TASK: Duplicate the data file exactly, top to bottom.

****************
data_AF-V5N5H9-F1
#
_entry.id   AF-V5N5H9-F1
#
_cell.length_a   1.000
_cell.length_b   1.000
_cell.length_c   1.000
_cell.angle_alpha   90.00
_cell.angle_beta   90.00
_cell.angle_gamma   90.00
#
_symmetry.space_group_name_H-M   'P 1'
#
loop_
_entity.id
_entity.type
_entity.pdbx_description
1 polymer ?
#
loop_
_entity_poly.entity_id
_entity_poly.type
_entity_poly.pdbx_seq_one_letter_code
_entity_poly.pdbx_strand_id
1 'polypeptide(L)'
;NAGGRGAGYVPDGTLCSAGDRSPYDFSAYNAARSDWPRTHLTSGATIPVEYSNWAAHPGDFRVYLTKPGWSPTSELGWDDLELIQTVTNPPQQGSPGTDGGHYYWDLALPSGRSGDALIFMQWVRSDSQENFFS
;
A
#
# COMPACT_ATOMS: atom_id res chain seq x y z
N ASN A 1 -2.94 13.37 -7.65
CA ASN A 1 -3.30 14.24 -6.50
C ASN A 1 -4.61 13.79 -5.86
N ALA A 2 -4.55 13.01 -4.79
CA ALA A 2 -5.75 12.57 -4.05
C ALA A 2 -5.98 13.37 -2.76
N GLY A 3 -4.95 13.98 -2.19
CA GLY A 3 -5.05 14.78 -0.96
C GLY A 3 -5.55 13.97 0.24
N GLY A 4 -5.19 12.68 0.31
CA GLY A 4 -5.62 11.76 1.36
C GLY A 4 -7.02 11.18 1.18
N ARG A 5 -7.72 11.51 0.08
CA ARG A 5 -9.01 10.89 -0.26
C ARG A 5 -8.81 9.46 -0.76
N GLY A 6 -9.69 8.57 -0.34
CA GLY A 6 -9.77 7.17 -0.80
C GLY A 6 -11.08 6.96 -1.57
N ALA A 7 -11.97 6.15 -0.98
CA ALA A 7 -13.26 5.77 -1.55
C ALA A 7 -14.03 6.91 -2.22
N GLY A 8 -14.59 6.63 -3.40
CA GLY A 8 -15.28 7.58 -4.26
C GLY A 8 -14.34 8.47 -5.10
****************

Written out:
data_AF-V5N5H9-F1
#
_entry.id   AF-V5N5H9-F1
#
_cell.length_a   1.000
_cell.length_b   1.000
_cell.length_c   1.000
_cell.angle_alpha   90.00
_cell.angle_beta   90.00
_cell.angle_gamma   90.00
#
_symmetry.space_group_name_H-M   'P 1'
#
loop_
_entity.id
_entity.type
_entity.pdbx_description
1 polymer ?
#
loop_
_entity_poly.entity_id
_entity_poly.type
_entity_poly.pdbx_seq_one_letter_code
_entity_poly.pdbx_strand_id
1 'polypeptide(L)'
;NAGGRGAGYVPDGTLCSAGDRSPYDFSAYNAARSDWPRTHLTSGATIPVEYSNWAAHPGDFRVYLTKPGWSPTSELGWDDLELIQTVTNPPQQGSPGTDGGHYYWDLALPSGRSGDALIFMQWVRSDSQENFFS
;
A
#
# COMPACT_ATOMS: atom_id res chain seq x y z
N ASN A 1 -2.94 13.37 -7.65
CA ASN A 1 -3.30 14.24 -6.50
C ASN A 1 -4.61 13.79 -5.86
N ALA A 2 -4.55 13.01 -4.79
CA ALA A 2 -5.75 12.57 -4.05
C ALA A 2 -5.98 13.37 -2.76
N GLY A 3 -4.95 13.98 -2.19
CA GLY A 3 -5.05 14.78 -0.96
C GLY A 3 -5.55 13.97 0.24
N GLY A 4 -5.19 12.68 0.31
CA GLY A 4 -5.62 11.76 1.36
C GLY A 4 -7.02 11.18 1.18
N ARG A 5 -7.72 11.51 0.08
CA ARG A 5 -9.01 10.89 -0.26
C ARG A 5 -8.81 9.46 -0.76
N GLY A 6 -9.69 8.57 -0.34
CA GLY A 6 -9.77 7.17 -0.80
C GLY A 6 -11.08 6.96 -1.57
N ALA A 7 -11.97 6.15 -0.98
CA ALA A 7 -13.26 5.77 -1.55
C ALA A 7 -14.03 6.91 -2.22
N GLY A 8 -14.59 6.63 -3.40
CA GLY A 8 -15.28 7.58 -4.26
C GLY A 8 -14.34 8.47 -5.10